Marking the 25th anniversary of a deadly racist attack in Germany, Turkey's foreign minister on Monday called for unity in the fight against racism, xenophobia, and Islamophobia
Five members of a Turkish immigrant family died in 1993 in the city of Solingen, perishing by a fire set by four young far-right extremists, amid growing resentment against foreigners in the country following Germany’s reunification.
"Today, the only goal I have in attending this ceremony is to once again condemn with you all kinds of negative currents or distorted mentalities — including racism, xenophobia and Islamophobia — and to give a united message to fight it,” Mevlut Cavusoglu told a commemoration ceremony in Dusseldorf.
"It is our duty to draw the necessary lessons from this tragedy, to be able to stand as one body to combat racism, to take effective measures against xenophobia to prevent them from being repeated again,” he added.
Cavusoglu said that the fight has to continue as Solingen was "not the first racist attack in Germany, Europe, and beyond and will not be the last".
Dozens of xenophobic attacks in Germany from 1990 to 1996 claimed the lives of at least 18 immigrants and asylum seekers, and injured dozens more.
Turkey and international observers have also decried a growing wave of xenophobic and racist attacks in Germany and other European countries in recent years.
Role of politics and the media
Cavusoglu stressed that politics and the media also play a big role in this issue, calling on them to stand against marginalizing and discriminatory rhetoric and engage in self-criticism.
The only expectation of those who call Germany their "second homeland is to be an equal individual in the society," he said.
Germany has a 3 million-strong Turkish community, many of whom are second- and third-generation German-born citizens whose Turkish grandparents moved to the country as “guest workers” during the 1960s.
Stating that Turkey and Germany need to work together on integration, Cavusoglu also thanked German Chancellor Angela Merkel for her steps in fighting racism institutionally.
"Turkey stands ready to give her every kind of support," he added.
Cavusoglu was invited by Armin Laschet, minister-president of North Rhine-Westphalia, to the commemoration ceremony, which Merkel and the family of the victims also attended.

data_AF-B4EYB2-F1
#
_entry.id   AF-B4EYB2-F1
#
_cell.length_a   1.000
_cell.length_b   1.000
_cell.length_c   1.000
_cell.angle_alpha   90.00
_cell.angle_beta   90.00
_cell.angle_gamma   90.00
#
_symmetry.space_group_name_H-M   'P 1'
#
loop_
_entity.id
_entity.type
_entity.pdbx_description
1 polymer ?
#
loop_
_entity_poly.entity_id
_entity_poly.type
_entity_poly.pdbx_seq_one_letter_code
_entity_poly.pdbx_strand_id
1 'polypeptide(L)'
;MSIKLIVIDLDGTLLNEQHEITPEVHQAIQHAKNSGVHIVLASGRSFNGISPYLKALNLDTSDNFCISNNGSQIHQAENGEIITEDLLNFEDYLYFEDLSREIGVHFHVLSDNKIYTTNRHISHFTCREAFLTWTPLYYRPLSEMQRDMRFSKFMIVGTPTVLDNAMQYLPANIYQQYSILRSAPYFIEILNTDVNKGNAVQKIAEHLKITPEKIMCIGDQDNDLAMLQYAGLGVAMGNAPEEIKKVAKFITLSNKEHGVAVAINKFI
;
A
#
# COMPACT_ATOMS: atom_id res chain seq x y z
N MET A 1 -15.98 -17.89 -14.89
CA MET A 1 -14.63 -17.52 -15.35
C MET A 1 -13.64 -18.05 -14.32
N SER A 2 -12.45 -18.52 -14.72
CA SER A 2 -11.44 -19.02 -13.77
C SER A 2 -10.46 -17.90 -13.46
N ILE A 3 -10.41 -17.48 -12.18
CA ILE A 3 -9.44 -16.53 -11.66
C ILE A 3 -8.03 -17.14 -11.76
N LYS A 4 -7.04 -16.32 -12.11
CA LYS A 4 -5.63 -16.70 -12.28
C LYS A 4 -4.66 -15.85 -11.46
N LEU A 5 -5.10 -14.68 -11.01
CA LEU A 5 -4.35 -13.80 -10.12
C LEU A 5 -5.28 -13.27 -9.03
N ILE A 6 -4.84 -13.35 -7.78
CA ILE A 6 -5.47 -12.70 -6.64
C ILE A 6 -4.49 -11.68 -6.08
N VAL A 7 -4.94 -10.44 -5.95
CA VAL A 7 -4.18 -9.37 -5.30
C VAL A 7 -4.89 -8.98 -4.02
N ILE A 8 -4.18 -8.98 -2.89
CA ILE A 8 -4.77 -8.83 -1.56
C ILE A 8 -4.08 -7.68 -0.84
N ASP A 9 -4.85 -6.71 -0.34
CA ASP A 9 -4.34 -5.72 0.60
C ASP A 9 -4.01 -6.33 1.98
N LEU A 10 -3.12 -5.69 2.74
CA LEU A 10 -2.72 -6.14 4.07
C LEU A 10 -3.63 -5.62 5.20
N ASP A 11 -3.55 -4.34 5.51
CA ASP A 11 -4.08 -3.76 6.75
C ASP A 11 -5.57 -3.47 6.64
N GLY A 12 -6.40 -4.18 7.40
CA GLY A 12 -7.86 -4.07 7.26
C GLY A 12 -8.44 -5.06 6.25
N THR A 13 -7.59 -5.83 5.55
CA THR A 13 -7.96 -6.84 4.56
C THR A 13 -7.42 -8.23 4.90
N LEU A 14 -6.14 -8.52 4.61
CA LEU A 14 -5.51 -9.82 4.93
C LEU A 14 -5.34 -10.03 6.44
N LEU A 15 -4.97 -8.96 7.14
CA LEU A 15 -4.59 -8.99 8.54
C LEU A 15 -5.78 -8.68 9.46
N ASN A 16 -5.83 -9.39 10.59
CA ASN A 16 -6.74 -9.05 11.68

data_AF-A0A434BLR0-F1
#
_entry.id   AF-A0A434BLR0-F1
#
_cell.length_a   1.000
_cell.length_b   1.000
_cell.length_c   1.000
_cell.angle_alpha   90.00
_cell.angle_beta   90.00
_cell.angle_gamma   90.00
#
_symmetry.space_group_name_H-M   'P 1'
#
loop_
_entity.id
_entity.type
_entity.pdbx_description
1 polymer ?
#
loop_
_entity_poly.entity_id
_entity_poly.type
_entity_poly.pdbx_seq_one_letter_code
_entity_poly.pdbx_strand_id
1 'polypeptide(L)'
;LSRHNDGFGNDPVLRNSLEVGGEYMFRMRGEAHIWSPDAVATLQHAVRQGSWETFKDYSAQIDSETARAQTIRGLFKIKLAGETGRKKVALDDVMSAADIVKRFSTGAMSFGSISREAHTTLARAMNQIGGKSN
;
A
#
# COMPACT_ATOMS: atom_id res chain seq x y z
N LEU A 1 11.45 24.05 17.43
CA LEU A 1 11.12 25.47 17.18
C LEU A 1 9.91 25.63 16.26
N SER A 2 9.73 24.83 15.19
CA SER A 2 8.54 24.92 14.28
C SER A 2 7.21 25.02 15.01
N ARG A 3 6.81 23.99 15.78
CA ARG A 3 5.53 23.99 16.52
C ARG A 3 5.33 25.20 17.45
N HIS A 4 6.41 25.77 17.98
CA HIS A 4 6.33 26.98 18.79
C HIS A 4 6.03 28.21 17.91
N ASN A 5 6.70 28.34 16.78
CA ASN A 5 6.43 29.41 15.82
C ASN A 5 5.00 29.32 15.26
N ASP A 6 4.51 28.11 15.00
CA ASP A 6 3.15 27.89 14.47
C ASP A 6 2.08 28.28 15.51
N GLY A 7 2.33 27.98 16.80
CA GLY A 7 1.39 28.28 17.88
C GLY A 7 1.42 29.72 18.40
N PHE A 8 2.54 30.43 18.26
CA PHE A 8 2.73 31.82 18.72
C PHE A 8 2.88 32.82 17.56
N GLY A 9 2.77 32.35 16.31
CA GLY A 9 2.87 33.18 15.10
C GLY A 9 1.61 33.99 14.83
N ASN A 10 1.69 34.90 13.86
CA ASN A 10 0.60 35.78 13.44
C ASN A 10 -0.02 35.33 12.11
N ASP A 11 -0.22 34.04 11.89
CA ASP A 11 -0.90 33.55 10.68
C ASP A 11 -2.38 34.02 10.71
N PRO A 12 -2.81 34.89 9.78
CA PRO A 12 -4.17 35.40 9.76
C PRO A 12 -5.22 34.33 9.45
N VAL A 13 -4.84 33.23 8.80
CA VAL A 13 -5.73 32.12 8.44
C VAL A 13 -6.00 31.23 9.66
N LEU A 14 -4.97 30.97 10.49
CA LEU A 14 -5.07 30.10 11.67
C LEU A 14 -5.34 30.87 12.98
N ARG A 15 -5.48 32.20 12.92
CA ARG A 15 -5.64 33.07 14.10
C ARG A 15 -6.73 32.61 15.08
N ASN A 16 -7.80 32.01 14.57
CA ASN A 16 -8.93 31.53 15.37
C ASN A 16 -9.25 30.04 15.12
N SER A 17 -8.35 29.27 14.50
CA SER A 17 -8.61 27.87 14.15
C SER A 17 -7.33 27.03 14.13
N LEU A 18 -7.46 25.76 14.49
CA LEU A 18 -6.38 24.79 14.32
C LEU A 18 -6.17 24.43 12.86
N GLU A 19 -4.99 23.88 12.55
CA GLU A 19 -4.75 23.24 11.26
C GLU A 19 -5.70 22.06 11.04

The foreign minister also addressed the ongoing NSU trial of far-right extremists charged with killing eight Turkish immigrants, a Greek citizen, and a German policewoman between 2000 and 2007.
"We hope that at the end of this case, in line with the promise of Chancellor Merkel, we will have a decision that will expose all the links and background of the attacks and satisfy the public conscience," he said.
"In this regard, we all have common expectations," he added.
The neo-Nazi group NSU is believed to have killed immigrants between 2000 and 2007.
The German public first learned of the group's existence in 2011, when NSU members Uwe Mundlos and Uwe Bohnhardt died in a murder-suicide following an unsuccessful bank robbery.
Beate Zschaepe, 43, the sole survivor of the terrorist cell, has been on trial since 2013, but has so far denied any role in the killings and tried to lay the blame on her two late accomplices.
Until 2011, Germany’s police and intelligence services excluded any racial motive for the murders and instead treated immigrant families as suspects in the case, questioning them over alleged connections with mafia groups and drug traffickers.
However, recent revelations have shown that German domestic intelligence agency BfV had dozens of informants who had contacts with the NSU suspects since the late 1990s.
But officials insisted that they had no prior information about the NSU terror cell and its suspected role in the killings.
Many questions over the murders remain unresolved, as dozens of secret files belonging to the domestic intelligence service were destroyed, soon after the 2011 death of Mundlos and Bohnhardt.